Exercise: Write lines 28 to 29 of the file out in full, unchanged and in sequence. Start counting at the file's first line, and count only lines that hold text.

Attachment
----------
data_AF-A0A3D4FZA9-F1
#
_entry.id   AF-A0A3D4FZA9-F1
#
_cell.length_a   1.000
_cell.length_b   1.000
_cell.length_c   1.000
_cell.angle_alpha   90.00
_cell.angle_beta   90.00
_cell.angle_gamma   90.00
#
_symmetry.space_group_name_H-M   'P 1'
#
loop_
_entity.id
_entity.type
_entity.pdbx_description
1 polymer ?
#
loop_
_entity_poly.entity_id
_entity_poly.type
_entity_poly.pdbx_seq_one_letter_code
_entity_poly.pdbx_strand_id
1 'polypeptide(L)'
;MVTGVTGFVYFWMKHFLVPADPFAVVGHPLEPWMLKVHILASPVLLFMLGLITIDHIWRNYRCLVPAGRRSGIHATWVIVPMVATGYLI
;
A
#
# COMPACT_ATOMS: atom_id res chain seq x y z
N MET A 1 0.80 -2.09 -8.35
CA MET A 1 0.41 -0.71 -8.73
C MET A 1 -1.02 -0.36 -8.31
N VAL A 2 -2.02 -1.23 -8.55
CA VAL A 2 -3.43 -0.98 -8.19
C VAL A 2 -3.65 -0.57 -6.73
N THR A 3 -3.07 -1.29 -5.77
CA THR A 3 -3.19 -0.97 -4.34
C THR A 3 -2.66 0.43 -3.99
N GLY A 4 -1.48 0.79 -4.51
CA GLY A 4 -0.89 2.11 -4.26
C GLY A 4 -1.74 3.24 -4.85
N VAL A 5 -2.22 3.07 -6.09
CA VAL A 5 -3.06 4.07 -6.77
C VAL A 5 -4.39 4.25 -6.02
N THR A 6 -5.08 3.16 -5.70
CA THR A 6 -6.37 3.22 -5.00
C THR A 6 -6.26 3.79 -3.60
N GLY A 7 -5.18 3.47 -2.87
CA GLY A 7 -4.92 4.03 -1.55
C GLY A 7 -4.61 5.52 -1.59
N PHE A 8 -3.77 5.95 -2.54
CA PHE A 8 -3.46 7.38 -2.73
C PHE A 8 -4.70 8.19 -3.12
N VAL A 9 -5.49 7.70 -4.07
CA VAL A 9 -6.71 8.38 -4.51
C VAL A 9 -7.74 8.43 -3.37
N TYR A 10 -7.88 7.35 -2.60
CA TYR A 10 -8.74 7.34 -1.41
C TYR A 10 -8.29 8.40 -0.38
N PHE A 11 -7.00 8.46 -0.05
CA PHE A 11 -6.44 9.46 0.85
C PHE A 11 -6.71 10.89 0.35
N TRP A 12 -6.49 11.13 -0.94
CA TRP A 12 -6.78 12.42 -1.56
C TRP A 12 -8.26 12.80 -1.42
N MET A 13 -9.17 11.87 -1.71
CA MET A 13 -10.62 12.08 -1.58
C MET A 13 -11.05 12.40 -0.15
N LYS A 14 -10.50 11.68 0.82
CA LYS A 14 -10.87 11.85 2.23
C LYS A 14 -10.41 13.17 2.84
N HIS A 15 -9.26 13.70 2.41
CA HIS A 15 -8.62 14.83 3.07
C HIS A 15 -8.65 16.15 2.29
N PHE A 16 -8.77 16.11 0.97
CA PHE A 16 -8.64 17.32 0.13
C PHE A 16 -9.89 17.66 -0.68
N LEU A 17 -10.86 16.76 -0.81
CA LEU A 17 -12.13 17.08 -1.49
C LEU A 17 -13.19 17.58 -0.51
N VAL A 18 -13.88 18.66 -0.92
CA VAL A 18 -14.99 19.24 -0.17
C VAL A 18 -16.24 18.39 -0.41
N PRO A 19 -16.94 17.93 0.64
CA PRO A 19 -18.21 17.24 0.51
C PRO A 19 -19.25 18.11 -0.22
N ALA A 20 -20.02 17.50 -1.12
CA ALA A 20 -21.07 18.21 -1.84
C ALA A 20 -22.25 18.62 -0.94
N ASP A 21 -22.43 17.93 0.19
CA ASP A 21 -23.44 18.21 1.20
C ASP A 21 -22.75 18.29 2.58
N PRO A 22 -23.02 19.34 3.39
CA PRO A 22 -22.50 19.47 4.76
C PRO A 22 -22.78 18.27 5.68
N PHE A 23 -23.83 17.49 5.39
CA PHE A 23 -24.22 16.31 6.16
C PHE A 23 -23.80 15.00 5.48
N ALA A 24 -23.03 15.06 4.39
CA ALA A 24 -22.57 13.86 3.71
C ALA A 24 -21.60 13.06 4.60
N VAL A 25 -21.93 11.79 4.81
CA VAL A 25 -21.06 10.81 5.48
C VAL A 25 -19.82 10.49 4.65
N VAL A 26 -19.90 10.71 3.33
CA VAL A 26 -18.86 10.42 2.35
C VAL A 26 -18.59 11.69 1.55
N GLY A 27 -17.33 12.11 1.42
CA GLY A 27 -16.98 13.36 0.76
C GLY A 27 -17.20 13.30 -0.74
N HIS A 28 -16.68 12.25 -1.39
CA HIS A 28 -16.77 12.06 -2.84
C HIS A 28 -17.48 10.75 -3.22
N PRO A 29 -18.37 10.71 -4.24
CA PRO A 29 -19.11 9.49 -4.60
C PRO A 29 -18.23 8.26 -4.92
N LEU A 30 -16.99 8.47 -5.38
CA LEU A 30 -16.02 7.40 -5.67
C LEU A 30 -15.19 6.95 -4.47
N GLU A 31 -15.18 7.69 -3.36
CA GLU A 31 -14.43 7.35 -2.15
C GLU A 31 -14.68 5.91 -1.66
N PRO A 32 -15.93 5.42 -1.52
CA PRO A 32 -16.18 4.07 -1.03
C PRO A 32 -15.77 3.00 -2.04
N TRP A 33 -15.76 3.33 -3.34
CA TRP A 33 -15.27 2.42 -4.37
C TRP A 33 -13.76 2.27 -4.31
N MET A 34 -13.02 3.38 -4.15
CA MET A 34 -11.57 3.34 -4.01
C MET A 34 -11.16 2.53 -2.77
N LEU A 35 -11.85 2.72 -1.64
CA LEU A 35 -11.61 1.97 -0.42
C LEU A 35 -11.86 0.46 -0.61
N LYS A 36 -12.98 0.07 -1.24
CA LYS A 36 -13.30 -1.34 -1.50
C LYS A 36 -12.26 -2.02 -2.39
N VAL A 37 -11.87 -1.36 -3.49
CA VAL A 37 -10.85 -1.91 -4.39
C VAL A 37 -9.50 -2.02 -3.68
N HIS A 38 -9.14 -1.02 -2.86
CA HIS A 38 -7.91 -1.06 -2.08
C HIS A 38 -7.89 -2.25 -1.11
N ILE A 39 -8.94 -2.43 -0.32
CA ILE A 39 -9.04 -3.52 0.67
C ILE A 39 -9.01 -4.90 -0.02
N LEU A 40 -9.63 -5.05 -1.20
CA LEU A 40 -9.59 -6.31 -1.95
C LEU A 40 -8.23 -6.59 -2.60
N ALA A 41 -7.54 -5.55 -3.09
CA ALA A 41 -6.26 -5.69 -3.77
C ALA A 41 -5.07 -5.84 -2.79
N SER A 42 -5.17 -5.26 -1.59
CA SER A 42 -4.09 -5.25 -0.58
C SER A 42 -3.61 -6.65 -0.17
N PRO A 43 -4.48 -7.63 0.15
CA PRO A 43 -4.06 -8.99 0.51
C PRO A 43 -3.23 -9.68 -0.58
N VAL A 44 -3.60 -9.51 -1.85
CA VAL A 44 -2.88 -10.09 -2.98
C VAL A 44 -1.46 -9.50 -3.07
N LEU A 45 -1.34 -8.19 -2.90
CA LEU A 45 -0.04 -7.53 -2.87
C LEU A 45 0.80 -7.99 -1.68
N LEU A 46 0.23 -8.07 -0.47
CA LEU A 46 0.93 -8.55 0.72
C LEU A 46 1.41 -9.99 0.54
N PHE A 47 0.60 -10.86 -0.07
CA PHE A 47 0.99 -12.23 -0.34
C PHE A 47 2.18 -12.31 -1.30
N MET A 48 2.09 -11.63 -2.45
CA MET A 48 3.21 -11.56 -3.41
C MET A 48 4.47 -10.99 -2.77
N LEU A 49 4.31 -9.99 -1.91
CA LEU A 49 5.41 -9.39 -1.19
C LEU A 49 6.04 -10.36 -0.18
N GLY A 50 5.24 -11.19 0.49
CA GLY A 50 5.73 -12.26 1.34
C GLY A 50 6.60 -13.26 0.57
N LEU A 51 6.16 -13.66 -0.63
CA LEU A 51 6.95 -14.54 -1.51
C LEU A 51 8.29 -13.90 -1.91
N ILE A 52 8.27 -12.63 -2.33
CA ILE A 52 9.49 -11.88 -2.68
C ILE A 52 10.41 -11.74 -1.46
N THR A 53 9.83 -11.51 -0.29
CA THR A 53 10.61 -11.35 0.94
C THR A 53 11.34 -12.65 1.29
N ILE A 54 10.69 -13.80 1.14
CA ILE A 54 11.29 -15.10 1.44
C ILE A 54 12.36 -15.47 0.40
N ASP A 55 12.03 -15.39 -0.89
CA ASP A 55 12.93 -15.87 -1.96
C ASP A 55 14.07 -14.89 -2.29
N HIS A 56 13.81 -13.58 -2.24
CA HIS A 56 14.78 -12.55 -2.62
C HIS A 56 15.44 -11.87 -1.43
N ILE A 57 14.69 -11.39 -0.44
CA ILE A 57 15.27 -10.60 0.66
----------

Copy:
A
#